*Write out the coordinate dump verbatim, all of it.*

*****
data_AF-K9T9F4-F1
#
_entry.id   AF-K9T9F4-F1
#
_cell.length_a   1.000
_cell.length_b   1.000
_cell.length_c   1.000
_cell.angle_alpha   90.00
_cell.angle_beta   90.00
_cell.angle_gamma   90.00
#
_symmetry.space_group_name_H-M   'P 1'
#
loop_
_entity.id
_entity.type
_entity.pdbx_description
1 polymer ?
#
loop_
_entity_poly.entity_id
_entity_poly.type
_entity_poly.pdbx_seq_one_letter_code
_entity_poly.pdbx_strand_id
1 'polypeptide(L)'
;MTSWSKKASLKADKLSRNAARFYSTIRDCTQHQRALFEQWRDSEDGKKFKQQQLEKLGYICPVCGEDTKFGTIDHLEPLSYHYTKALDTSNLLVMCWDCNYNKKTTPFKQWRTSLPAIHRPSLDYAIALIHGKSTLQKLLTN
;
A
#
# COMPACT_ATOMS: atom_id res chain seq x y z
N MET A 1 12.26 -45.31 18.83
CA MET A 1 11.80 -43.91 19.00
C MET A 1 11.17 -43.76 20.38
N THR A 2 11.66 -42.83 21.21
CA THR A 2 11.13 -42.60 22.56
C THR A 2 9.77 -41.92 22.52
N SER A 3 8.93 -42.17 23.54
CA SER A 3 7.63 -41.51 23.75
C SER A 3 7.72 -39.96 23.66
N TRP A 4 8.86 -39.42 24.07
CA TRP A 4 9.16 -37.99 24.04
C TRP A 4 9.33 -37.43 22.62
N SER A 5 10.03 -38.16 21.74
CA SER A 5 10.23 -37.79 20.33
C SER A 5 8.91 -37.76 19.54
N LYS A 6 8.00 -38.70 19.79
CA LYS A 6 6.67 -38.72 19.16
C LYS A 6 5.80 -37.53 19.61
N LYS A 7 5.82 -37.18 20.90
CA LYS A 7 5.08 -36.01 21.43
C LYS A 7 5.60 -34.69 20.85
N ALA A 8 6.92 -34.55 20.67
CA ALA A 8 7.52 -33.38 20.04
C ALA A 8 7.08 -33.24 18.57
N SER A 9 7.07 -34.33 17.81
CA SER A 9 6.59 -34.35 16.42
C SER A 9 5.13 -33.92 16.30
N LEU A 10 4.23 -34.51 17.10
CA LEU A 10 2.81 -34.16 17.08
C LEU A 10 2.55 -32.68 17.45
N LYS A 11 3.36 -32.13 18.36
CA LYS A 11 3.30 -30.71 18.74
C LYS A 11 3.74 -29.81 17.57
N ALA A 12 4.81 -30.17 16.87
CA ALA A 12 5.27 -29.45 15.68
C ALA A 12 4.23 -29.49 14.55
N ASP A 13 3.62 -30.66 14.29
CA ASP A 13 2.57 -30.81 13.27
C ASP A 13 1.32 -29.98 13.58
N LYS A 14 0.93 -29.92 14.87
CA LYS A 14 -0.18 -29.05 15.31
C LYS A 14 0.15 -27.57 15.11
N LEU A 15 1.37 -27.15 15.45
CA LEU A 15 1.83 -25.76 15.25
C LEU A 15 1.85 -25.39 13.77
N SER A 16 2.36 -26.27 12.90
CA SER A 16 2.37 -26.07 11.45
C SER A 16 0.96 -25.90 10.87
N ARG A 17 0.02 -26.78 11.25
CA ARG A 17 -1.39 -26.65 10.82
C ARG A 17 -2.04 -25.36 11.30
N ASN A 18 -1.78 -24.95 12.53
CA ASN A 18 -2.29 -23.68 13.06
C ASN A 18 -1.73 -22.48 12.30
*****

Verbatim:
data_AF-K9T9F4-F1
#
_entry.id   AF-K9T9F4-F1
#
_cell.length_a   1.000
_cell.length_b   1.000
_cell.length_c   1.000
_cell.angle_alpha   90.00
_cell.angle_beta   90.00
_cell.angle_gamma   90.00
#
_symmetry.space_group_name_H-M   'P 1'
#
loop_
_entity.id
_entity.type
_entity.pdbx_description
1 polymer ?
#
loop_
_entity_poly.entity_id
_entity_poly.type
_entity_poly.pdbx_seq_one_letter_code
_entity_poly.pdbx_strand_id
1 'polypeptide(L)'
;MTSWSKKASLKADKLSRNAARFYSTIRDCTQHQRALFEQWRDSEDGKKFKQQQLEKLGYICPVCGEDTKFGTIDHLEPLSYHYTKALDTSNLLVMCWDCNYNKKTTPFKQWRTSLPAIHRPSLDYAIALIHGKSTLQKLLTN
;
A
#
# COMPACT_ATOMS: atom_id res chain seq x y z
N MET A 1 12.26 -45.31 18.83
CA MET A 1 11.80 -43.91 19.00
C MET A 1 11.17 -43.76 20.38
N THR A 2 11.66 -42.83 21.21
CA THR A 2 11.13 -42.60 22.56
C THR A 2 9.77 -41.92 22.52
N SER A 3 8.93 -42.17 23.54
CA SER A 3 7.63 -41.51 23.75
C SER A 3 7.72 -39.96 23.66
N TRP A 4 8.86 -39.42 24.07
CA TRP A 4 9.16 -37.99 24.04
C TRP A 4 9.33 -37.43 22.62
N SER A 5 10.03 -38.16 21.74
CA SER A 5 10.23 -37.79 20.33
C SER A 5 8.91 -37.76 19.54
N LYS A 6 8.00 -38.70 19.79
CA LYS A 6 6.67 -38.72 19.16
C LYS A 6 5.80 -37.53 19.61
N LYS A 7 5.82 -37.18 20.90
CA LYS A 7 5.08 -36.01 21.43
C LYS A 7 5.60 -34.69 20.85
N ALA A 8 6.92 -34.55 20.67
CA ALA A 8 7.52 -33.38 20.04
C ALA A 8 7.08 -33.24 18.57
N SER A 9 7.07 -34.33 17.81
CA SER A 9 6.59 -34.35 16.42
C SER A 9 5.13 -33.92 16.30
N LEU A 10 4.23 -34.51 17.10
CA LEU A 10 2.81 -34.16 17.08
C LEU A 10 2.55 -32.68 17.45
N LYS A 11 3.36 -32.13 18.36
CA LYS A 11 3.30 -30.71 18.74
C LYS A 11 3.74 -29.81 17.57
N ALA A 12 4.81 -30.17 16.87
CA ALA A 12 5.27 -29.45 15.68
C ALA A 12 4.23 -29.49 14.55
N ASP A 13 3.62 -30.66 14.29
CA ASP A 13 2.57 -30.81 13.27
C ASP A 13 1.32 -29.98 13.58
N LYS A 14 0.93 -29.92 14.87
CA LYS A 14 -0.18 -29.05 15.31
C LYS A 14 0.15 -27.57 15.11
N LEU A 15 1.37 -27.15 15.45
CA LEU A 15 1.83 -25.76 15.25
C LEU A 15 1.85 -25.39 13.77
N SER A 16 2.36 -26.27 12.90
CA SER A 16 2.37 -26.07 11.45
C SER A 16 0.96 -25.90 10.87
N ARG A 17 0.02 -26.78 11.25
CA ARG A 17 -1.39 -26.65 10.82
C ARG A 17 -2.04 -25.36 11.30
N ASN A 18 -1.78 -24.95 12.53
CA ASN A 18 -2.29 -23.68 13.06
C ASN A 18 -1.73 -22.48 12.30